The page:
Wednesday, June 6, 2012

Linking up?

There are some topics that, one would have thought, NSW Labor would be wise to avoid.

Abscence makes the heart grow fonder, and there can be no doubt that the voters will soon become more cynical about the Coalition, and less more favourably disposed towards O'Farrell.

How long it takes for the public to attain the required level of cynicism will depend on the topic.  Wages and conditions for public servants will alwys be a hot topic - after all, the Coalition is a government drawn from the right, and they are practically expected to hurt the public service.  And so they have.

On other issues, however, the left should be slower to throw stones. And there is no issue that Labor should be quicker to retreat from than Infrastructure spending.

The Labor government achieved very little in the way of infratstructure during its time in government.  True, a number of large road projects were built - but they were funded by private companies, resulting in heavy tolls - and not tolls carefully calibrated to encourage commuters onto puiblic transport, but rather heavy tolls calibrated to deliver the maximum return to the private companies.

When it comes to public transport, the Labor can point only to the Airport Link and the Chatswood-Epping Rail-link.

The Airport link is not nearly as impressive as one might suppose.  It was sorely needed (indeed, the only surprise is that it wasn't built before) - but it was funded by the private the sector, meaning that the cost to use it is so high that, even from outer parts of Sydney, it is often cheaper to use a cab.
The Chatswood-Epping Rail Link is great - until you consider that it was meant to be the Parramatta-Chatswood Rail-Link, until budget blow-outs and general incompetence meant that it was shortened and still, incredibly, managed to come in well over budget.
Parramatta-Epping is the dotted link - the solid line had already been built
So Labor has no right to throw any stones.

And yet:
During the last election, a commitment from Labor magically appeared - NSW would spend $500 million and the Federal Government would contribute $2 billion to link Epping to Parramatta.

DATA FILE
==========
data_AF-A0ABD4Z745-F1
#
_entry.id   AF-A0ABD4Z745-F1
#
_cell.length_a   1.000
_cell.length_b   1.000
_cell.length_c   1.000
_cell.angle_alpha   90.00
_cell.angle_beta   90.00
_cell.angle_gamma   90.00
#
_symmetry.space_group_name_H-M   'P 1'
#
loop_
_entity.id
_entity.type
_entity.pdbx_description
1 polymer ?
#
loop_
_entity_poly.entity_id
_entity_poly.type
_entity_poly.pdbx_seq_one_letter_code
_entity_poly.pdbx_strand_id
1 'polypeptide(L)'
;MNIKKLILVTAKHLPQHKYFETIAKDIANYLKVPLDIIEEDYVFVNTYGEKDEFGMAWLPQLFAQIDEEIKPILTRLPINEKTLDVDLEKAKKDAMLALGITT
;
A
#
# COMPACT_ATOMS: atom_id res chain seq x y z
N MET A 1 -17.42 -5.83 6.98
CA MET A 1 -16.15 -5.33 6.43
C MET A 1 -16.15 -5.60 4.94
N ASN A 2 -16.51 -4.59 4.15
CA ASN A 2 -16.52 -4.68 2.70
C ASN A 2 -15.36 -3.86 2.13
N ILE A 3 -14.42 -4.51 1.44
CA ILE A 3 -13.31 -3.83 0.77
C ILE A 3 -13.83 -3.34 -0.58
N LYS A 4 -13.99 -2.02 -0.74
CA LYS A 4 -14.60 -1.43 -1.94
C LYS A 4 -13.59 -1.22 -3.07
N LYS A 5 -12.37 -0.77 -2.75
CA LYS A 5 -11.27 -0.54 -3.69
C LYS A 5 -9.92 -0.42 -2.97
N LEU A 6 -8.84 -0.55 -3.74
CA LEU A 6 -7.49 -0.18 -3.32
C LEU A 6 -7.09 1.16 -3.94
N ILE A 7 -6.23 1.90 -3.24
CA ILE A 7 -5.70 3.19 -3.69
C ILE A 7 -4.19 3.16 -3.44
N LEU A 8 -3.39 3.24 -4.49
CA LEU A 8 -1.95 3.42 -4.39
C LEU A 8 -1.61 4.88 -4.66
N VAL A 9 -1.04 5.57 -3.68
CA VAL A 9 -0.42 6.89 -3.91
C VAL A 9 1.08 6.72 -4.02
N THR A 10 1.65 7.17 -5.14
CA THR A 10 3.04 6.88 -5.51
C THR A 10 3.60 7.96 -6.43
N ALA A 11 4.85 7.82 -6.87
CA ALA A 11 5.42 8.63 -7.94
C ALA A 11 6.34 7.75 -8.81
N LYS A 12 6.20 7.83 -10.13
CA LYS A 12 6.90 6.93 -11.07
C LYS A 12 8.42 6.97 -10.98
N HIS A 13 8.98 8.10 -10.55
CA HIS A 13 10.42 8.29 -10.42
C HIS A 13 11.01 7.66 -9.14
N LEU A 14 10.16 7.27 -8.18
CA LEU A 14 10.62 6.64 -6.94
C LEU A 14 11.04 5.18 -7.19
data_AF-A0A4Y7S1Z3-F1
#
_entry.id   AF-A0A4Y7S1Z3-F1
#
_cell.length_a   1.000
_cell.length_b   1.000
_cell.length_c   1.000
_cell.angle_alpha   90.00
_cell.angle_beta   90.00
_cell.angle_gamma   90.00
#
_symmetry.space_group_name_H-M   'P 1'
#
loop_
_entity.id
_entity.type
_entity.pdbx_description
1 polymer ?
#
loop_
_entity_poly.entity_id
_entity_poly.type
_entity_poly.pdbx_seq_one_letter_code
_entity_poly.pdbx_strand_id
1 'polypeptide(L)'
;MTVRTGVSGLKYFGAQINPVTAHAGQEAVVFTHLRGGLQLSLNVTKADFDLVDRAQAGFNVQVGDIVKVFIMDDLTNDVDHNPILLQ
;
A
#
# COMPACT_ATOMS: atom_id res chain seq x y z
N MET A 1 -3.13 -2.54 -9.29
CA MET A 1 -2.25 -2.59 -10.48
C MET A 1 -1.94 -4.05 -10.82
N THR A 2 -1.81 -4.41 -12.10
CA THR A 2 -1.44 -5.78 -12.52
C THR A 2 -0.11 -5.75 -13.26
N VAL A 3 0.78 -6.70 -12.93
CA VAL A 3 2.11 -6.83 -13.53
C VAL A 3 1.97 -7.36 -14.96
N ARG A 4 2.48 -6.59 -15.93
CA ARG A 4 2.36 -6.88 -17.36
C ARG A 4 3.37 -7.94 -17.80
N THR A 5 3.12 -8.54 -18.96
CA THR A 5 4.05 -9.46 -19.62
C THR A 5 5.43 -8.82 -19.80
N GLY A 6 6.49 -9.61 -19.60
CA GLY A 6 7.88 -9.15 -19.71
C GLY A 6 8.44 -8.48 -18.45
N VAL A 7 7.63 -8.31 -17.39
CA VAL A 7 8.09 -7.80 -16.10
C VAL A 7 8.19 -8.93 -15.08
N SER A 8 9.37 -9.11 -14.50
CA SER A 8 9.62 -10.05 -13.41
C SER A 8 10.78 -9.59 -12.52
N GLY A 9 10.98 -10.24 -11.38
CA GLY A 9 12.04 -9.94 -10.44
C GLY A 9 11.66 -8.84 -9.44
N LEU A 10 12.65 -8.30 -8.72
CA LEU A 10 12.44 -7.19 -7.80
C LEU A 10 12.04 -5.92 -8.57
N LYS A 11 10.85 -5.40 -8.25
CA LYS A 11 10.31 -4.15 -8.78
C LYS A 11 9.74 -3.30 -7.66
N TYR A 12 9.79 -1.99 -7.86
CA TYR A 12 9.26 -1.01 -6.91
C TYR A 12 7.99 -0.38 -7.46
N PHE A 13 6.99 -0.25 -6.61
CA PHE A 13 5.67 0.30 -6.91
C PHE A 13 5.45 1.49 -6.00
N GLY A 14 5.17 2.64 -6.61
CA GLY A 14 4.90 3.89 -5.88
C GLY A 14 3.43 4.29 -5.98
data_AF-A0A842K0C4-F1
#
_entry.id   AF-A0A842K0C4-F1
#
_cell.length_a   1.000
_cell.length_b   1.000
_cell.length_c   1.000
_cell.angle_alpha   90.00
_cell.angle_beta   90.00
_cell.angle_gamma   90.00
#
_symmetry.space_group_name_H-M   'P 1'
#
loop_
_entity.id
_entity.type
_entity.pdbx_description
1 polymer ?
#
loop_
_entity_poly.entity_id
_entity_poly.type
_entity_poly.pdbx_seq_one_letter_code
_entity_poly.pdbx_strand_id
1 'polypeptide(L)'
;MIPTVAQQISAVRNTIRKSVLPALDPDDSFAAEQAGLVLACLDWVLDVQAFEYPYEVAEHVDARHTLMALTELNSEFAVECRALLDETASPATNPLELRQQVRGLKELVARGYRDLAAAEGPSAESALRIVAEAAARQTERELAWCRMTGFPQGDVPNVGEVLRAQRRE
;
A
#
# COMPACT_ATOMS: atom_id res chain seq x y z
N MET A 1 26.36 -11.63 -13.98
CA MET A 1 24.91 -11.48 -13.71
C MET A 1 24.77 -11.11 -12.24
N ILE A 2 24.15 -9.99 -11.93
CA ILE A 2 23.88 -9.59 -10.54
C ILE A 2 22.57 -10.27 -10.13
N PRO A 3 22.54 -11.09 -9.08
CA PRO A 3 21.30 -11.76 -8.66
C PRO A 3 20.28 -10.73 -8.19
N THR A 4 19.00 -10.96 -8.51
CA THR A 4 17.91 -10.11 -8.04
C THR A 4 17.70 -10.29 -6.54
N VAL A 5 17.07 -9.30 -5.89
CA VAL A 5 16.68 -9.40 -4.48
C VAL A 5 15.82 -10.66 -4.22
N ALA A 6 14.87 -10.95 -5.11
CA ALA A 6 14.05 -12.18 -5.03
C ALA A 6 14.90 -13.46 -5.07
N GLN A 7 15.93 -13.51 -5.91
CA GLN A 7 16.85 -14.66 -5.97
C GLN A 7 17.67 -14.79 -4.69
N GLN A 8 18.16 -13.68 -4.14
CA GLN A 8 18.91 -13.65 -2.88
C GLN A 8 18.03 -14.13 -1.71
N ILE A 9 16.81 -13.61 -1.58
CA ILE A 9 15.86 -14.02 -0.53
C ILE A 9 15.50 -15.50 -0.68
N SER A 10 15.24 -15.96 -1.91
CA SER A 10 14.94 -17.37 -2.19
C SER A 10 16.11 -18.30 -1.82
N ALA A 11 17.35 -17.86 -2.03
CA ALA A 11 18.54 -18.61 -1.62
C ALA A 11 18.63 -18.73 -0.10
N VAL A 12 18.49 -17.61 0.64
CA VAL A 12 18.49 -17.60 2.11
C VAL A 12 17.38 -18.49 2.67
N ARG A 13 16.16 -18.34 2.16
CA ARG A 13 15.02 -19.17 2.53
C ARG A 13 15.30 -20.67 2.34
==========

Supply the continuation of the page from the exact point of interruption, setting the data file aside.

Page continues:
This was an obscenely cynical promise. By the point that the promise was made, Labor knew that they had no chance of winning. They also knew that O'Farrell has committed to the North-West Rail-Link - an extremely expensive but equally necessary project. Pennies would need to be pinched.

Moreover, the Parramatta Epping Link was now Labor's idea - and if O'Farrell decided to fund it then it would be "Labor's idea" - and all credit for the plan would evapourate.

What Labor's promise really meant was that the Parramatta link would never be built - or, at the very least, it would slip well down the priority list. Like I said, cynical.

This is what press releases like this from Labor are meant to achieve. It is meant to damage O'Farrell for not doing something that Labor would relentlessly hammer him for doing.

Does it work? Probably. But far less than it would if Labor actually had a good record of building the infrastrusture that the press release talks about.

The problem is that of course Labor has no such record - and the public remembers that Labor squibbed on building that link in the first place.  It seems pretty unlikely that an attack on the Coalition for not building is going to do anything other than remind the public about Labor's (many) failings.

Penny Sharpe (who I generally like and respect) might be better advised to find a credible basis to attack O'Farrell. Because this infrastructure line sure ain't much chop.

1 comment:

  1. I agree in regards to Labors inability to deliver public transport. However I think both parties are wasting time and money with both the NWRL and the PERL. The best bang for NSW buck would be a second harbour crossing, with a new CBD relief line between Chatswood and Redfern. This would free up space in the whole system, and massively so. Frankly the areas earmarked for the NWRL and the PERL are not vital to the city rail system or the wider NSW economy. Increasing capacity on the whole system would be both. All Labor and the Liberals care about is narrow election cycles and marginal seats.